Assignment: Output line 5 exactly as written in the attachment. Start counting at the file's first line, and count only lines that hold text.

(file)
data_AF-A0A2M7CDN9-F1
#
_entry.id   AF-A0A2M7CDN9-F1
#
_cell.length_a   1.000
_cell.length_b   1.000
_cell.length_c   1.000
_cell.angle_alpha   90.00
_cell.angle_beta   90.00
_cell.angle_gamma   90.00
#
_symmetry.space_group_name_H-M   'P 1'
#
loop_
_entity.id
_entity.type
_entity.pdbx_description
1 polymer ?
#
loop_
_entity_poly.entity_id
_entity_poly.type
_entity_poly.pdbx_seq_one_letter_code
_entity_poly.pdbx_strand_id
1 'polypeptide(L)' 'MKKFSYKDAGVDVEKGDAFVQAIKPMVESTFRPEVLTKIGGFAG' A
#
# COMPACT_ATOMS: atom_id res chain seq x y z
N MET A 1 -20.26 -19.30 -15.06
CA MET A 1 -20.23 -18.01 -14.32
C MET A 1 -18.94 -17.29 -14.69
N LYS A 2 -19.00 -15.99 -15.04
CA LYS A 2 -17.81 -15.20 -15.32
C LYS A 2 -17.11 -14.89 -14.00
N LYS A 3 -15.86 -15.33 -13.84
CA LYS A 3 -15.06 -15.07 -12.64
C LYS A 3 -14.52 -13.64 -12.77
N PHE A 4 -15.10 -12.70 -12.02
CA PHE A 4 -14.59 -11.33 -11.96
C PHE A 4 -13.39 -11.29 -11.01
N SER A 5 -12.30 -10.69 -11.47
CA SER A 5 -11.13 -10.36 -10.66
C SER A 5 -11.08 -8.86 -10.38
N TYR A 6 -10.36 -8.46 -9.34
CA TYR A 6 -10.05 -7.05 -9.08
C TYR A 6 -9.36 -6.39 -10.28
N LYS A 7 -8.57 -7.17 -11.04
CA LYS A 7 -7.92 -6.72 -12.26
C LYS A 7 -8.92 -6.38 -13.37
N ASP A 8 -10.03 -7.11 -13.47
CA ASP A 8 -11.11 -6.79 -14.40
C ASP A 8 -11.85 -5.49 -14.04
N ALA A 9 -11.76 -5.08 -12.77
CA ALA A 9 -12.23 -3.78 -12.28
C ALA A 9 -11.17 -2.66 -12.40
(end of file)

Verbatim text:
_cell.length_a   1.000